Serrapeptase:

Serrapeptase is an enzyme derived from silkworms. It is a proteolytic enzyme that helps to reduce symptoms such as pain, quantity of secretion, inability to perceive smell and stuffy nose from ear, nose and/or throat infections. It also helps to reduce and/or relieve postoperative cheek swelling and/or pain after dental surgery.

Slippery Elm:

Slippery elm, or Ulmus rubra, is a tree native to the central and eastern United States and Ontario, Canada. It is known for its ability to protect irritated areas in the throatFurther research is needed to learn more about its beneficial properties.

Taurine:

Taurine is an organic acid with a sulfur in it. It’s found in foods— in highest amounts in meats—is used to help support cardiovascular function.

Tea Tree Oil:

Tea tree oil is an essential oil that comes from the leaves of Melaleuca alternifolia (a small tree native to Queensland and New South Wales, Australia). It is found in some topically applied cosmetic products and can be used in aromatherapy.

Tribulus:

Tribulus terrestris is a plant from Ayurveda where the root and fruits are used as a diuretic, aphrodisiac and for haemorrhoids and difficult/painful urination. From a TCM perspective, it is used for headache, dizziness, distending pain in the chest and vertigo.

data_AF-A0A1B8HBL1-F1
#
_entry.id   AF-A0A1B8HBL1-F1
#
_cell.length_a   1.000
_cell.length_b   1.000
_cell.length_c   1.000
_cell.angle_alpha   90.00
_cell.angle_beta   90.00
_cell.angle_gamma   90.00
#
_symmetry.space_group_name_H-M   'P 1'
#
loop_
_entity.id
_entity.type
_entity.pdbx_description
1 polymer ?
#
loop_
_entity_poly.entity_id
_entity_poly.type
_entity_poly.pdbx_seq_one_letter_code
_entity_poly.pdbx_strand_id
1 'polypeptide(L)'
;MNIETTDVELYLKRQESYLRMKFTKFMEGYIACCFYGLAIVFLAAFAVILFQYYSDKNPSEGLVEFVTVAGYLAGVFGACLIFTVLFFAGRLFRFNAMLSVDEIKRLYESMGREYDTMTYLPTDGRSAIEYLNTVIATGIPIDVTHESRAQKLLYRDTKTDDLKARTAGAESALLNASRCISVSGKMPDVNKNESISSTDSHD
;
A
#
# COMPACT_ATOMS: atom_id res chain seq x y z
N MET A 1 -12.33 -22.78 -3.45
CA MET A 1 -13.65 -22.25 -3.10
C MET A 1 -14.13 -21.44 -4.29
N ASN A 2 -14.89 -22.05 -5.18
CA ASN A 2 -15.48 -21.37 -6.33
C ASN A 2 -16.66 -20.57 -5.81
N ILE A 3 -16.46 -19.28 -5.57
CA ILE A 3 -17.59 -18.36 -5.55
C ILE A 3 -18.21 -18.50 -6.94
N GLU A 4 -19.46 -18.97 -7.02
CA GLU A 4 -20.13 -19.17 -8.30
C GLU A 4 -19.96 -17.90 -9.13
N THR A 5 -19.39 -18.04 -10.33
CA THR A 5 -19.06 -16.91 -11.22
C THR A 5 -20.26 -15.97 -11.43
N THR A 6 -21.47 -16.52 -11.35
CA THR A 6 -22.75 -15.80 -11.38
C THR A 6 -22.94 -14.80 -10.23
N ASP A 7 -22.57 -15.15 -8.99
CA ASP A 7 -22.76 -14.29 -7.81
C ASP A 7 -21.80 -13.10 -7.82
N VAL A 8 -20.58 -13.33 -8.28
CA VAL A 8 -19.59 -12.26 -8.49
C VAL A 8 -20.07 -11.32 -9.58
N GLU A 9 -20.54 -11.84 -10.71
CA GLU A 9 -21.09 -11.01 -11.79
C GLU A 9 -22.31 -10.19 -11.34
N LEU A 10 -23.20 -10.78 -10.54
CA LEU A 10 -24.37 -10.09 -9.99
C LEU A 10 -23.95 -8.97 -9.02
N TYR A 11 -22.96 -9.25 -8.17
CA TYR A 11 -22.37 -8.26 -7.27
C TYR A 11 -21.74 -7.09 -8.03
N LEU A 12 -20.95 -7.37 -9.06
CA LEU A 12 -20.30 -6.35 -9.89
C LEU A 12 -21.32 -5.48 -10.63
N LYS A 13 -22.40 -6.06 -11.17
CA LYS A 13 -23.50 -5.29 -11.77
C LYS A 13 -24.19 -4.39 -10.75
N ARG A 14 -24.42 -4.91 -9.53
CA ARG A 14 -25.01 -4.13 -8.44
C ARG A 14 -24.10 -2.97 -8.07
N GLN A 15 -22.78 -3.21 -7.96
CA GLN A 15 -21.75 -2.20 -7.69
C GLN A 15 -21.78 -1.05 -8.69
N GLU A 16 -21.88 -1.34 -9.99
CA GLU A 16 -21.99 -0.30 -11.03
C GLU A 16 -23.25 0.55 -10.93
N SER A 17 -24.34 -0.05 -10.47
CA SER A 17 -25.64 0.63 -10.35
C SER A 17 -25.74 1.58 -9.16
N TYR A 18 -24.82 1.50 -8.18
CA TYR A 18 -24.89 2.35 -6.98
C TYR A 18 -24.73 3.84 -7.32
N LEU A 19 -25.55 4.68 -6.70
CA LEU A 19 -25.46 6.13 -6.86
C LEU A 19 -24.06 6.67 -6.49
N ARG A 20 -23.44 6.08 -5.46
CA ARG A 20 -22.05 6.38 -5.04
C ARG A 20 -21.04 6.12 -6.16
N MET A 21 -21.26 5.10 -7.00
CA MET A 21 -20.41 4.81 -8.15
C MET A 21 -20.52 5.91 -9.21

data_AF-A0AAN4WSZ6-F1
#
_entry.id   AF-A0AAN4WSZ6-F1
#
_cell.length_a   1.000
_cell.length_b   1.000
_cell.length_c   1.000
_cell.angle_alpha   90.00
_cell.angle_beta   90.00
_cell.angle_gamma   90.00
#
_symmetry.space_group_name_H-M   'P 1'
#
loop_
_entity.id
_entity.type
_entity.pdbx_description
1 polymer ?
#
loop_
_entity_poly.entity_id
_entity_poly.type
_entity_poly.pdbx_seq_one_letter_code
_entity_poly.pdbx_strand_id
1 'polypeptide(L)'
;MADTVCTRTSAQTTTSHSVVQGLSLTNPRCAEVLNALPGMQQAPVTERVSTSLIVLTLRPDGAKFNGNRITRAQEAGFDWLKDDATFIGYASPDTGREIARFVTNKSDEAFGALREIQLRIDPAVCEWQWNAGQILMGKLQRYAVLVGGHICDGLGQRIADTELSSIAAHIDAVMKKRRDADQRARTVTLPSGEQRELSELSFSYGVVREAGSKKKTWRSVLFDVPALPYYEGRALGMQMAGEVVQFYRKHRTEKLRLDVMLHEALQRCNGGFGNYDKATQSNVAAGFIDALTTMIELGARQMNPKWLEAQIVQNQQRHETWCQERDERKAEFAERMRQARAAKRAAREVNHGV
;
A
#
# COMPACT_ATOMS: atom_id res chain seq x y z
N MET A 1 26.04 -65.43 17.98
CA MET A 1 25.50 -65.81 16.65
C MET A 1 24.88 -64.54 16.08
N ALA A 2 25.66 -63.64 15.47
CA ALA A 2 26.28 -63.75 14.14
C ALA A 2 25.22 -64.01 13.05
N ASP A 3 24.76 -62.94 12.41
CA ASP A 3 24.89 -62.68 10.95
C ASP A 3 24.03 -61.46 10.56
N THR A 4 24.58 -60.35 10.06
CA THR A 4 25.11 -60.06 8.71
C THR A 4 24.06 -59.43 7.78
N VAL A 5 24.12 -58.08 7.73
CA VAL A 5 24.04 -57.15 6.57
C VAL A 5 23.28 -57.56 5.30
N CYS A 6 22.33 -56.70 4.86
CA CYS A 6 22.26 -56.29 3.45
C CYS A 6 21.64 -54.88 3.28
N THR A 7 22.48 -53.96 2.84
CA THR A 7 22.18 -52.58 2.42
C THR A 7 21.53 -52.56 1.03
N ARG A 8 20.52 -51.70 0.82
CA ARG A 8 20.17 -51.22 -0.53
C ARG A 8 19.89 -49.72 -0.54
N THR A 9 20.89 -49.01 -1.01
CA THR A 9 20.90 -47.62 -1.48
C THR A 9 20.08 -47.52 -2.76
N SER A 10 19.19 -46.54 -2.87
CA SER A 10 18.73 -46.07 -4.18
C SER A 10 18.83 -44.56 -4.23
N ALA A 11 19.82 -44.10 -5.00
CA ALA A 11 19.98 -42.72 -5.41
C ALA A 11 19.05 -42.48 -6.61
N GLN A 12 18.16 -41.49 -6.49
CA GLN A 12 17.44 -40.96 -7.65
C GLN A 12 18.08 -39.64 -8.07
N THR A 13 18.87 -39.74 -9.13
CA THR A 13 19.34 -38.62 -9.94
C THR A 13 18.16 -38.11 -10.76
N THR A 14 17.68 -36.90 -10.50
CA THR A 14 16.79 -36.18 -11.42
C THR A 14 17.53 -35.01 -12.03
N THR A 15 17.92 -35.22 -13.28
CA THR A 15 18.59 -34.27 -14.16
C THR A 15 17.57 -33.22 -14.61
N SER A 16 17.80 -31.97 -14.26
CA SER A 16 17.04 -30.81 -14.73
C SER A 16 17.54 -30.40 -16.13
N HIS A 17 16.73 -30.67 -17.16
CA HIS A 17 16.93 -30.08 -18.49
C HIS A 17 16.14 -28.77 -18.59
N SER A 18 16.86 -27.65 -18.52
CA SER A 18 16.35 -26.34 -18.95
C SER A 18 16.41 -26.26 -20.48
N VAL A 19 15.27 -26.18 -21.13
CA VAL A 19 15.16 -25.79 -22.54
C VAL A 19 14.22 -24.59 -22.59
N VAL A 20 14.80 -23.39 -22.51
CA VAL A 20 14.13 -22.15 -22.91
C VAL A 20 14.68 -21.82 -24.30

Valerian:

Valeriana officinalis, also known as valerian, is commonly used in herbal medicine to help relieve restlessness and/or nervousness. It is also used traditionally as a sleep aid to promote sleep.

Whey Protein:

Whey and casein protein are both derived from milk. Whey protein powder is extremely popular due to its high digestibility and well-researched muscle-supporting benefits. It is a source of all essential amino acids as well as minerals such as calcium, magnesium, phosphorus and zinc. Whey protein is an excellent source of protein which helps build and repair body tissue and helps build antibodies.

Witch Hazel:

Witch hazel is an astringent that is often used as a natural topical remedy. It contains several compounds that are used in herbal medicine as an astringent to help treat varicose veins.


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As part of the senior leadership team, Michelle develops implements and leads communication initiatives that support the strategic priorities of the Association. She is responsible for overseeing the integrated communications strategy including both internal and external communications, the management of all public relations, marketing, advertising and member communications.